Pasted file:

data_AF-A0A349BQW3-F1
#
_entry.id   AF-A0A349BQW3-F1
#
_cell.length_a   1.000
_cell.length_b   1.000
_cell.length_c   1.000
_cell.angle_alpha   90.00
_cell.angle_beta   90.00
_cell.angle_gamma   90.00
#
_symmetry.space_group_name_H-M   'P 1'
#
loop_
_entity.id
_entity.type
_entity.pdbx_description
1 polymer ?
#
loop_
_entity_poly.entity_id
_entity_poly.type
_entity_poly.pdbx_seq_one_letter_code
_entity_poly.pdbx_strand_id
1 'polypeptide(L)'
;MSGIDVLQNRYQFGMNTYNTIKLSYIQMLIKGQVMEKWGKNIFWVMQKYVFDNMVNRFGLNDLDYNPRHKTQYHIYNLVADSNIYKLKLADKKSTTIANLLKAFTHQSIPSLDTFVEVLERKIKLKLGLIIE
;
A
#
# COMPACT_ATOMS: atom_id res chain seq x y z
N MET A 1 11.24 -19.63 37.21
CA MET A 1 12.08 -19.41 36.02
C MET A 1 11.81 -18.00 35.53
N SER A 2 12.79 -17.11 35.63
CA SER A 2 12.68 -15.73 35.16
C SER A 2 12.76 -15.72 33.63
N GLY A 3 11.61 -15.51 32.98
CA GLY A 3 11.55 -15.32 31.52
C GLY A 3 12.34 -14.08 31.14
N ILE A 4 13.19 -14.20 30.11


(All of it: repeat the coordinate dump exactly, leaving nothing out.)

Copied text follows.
data_AF-A0A349BQW3-F1
#
_entry.id   AF-A0A349BQW3-F1
#
_cell.length_a   1.000
_cell.length_b   1.000
_cell.length_c   1.000
_cell.angle_alpha   90.00
_cell.angle_beta   90.00
_cell.angle_gamma   90.00
#
_symmetry.space_group_name_H-M   'P 1'
#
loop_
_entity.id
_entity.type
_entity.pdbx_description
1 polymer ?
#
loop_
_entity_poly.entity_id
_entity_poly.type
_entity_poly.pdbx_seq_one_letter_code
_entity_poly.pdbx_strand_id
1 'polypeptide(L)'
;MSGIDVLQNRYQFGMNTYNTIKLSYIQMLIKGQVMEKWGKNIFWVMQKYVFDNMVNRFGLNDLDYNPRHKTQYHIYNLVADSNIYKLKLADKKSTTIANLLKAFTHQSIPSLDTFVEVLERKIKLKLGLIIE
;
A
#
# COMPACT_ATOMS: atom_id res chain seq x y z
N MET A 1 11.24 -19.63 37.21
CA MET A 1 12.08 -19.41 36.02
C MET A 1 11.81 -18.00 35.53
N SER A 2 12.79 -17.11 35.63
CA SER A 2 12.68 -15.73 35.16
C SER A 2 12.76 -15.72 33.63
N GLY A 3 11.61 -15.51 32.98
CA GLY A 3 11.55 -15.32 31.52
C GLY A 3 12.34 -14.08 31.14
N ILE A 4 13.19 -14.20 30.11